By recognizing that our behaviors have spiritual implications on our children, we can begin to take steps to change our lives and be better parents to our children.

Smitty’s Tip of the Week – Udemy.com

Starts at 17:04

I’m really excited about Udemy.com. The reason for my enthusiasm is the availability of good online courses at very affordable prices. Right now I’m signed up for three courses and have been impressed with the level of quality the instructors are trying to create. Even more, Udemy.com has invested in their mobile app. The iPhone version is very user friendly and allows me to transform any space or place into a classroom.

Feature Presentation – Five Steps to Overcoming Limiting Beliefs

Starts at 20:08

The central idea in today’s episode is summarized in the word “presupposition.” A presupposition is an idea that controls all other ideas. Two examples of presuppositions are theism or atheism, belief in a god or belief in no god. Presuppositions are necessary for us to make sense of the world. But what happens when they are harmful? Human behavior experts call these presuppositions “limiting beliefs.” They are false or negative beliefs you hold that prevent you from growing and developing in life.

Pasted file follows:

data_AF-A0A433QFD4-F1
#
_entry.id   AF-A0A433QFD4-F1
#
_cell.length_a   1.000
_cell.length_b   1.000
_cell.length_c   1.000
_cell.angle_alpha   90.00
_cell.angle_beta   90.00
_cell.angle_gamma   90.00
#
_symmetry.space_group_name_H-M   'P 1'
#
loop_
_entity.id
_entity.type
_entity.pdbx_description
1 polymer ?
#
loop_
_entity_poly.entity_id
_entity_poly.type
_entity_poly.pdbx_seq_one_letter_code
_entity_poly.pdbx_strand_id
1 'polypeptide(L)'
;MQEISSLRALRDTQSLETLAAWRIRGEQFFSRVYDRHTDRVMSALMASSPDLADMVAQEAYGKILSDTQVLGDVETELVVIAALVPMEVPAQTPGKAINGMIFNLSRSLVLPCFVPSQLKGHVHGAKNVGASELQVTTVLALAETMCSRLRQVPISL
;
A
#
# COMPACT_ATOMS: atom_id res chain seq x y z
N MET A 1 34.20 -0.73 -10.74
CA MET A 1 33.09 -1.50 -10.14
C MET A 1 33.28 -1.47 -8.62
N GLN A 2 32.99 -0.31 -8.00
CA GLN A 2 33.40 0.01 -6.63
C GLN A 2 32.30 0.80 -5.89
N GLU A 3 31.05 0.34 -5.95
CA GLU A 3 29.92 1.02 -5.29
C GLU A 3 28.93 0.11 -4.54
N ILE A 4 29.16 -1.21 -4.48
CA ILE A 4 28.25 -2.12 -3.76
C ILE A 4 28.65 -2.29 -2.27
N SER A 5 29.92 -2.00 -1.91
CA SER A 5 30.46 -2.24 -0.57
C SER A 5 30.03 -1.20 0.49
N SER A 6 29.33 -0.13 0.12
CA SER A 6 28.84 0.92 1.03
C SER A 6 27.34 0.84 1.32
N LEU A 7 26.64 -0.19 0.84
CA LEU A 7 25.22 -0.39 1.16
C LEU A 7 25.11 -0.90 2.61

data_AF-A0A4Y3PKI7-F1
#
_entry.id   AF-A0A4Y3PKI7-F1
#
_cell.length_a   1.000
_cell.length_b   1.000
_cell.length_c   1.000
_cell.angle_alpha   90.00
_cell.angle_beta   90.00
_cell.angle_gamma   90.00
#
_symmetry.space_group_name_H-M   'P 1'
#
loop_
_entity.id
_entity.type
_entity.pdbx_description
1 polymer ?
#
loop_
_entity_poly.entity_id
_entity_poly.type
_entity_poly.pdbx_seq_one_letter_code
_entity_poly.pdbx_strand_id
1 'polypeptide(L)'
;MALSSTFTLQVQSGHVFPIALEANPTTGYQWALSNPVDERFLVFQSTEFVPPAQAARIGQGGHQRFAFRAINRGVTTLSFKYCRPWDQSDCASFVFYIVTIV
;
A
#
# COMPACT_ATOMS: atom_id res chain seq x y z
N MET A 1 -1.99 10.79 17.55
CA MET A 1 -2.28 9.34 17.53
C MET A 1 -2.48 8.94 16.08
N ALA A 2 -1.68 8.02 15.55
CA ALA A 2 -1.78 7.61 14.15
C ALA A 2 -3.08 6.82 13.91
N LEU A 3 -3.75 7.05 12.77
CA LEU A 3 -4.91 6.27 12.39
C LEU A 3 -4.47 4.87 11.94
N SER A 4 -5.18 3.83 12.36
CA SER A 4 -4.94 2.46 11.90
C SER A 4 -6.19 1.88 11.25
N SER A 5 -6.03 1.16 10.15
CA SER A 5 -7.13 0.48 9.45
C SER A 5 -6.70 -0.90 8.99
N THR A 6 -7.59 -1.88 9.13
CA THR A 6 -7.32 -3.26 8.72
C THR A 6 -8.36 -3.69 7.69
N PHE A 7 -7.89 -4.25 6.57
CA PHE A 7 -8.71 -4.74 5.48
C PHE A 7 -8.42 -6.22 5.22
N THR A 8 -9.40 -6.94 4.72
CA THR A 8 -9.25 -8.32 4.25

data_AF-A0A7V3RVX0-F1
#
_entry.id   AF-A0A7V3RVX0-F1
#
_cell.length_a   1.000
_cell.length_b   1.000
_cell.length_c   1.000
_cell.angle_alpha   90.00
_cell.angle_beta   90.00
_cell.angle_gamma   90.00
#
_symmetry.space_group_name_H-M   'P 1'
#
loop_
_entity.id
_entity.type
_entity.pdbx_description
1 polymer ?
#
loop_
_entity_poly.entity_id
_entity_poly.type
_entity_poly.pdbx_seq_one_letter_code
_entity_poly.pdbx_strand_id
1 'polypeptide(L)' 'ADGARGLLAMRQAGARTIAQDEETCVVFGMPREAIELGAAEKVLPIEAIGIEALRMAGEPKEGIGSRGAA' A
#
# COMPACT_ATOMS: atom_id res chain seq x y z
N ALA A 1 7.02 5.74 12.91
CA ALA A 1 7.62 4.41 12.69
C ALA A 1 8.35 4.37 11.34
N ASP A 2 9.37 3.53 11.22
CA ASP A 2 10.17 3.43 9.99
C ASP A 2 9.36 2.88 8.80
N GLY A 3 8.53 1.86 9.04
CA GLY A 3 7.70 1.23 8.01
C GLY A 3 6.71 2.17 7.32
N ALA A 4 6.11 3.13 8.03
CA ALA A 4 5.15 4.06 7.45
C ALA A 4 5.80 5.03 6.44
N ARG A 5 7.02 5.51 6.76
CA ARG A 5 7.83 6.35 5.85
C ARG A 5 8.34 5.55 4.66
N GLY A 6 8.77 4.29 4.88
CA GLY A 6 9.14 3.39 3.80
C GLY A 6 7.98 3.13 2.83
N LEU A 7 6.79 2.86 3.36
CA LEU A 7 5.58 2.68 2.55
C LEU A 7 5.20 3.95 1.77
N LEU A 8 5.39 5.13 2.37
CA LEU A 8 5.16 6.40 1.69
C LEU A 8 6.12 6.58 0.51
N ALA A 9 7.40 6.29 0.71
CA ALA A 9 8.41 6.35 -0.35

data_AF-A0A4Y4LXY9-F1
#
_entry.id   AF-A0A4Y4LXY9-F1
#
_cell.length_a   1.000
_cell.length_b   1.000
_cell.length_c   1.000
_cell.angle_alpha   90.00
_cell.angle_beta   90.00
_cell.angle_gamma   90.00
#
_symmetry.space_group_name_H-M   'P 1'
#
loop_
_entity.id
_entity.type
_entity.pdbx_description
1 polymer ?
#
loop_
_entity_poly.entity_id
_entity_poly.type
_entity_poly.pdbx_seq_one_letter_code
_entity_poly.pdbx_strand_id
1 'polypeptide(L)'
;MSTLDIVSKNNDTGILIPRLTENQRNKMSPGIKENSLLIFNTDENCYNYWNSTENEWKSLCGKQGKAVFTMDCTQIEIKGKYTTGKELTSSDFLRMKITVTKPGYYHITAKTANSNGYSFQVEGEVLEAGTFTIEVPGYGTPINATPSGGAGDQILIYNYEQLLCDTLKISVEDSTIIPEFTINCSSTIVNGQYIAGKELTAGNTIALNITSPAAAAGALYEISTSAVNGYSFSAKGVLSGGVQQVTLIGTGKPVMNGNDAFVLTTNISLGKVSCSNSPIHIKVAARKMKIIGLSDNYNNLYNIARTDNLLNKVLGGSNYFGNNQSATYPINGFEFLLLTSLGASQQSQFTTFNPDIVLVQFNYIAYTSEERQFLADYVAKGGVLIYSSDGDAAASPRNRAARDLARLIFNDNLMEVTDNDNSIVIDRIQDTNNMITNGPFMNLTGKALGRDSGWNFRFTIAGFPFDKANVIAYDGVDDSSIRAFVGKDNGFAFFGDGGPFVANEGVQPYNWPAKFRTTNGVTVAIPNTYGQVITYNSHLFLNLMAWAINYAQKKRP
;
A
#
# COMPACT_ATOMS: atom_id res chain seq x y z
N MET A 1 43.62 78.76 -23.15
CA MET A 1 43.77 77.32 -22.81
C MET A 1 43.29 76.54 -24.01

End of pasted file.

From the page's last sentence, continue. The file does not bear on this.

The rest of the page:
Here are five ways to evaluate your thoughts to see where limiting beliefs may be controlling your life.

1) No bad intentions – no one wakes up with the intention to make a poor choice.

Most of us do not wake up in the morning and decide to make poor choices. Instead, as the day progresses, we make decisions at the moment. Often people find themselves in predicaments because of the accumulations of poor decisions. But we shouldn’t make value judgments on ourselves because of an adverse outcome. Instead, recognize that most of the time, we make the best choice at the moment.

2) Past doesn’t equal the future.

The Apostle Paul summed up this idea well when he wrote, “Forgetting the past and looking forward to what lies ahead…” (Philippians 3:13 NLT). We are not doomed to repeat our mistakes. We can look to the past to inform our present but not be condemned by it or doomed to repeat it. Assuming that because something that took place in the past will happen again is a logical fallacy.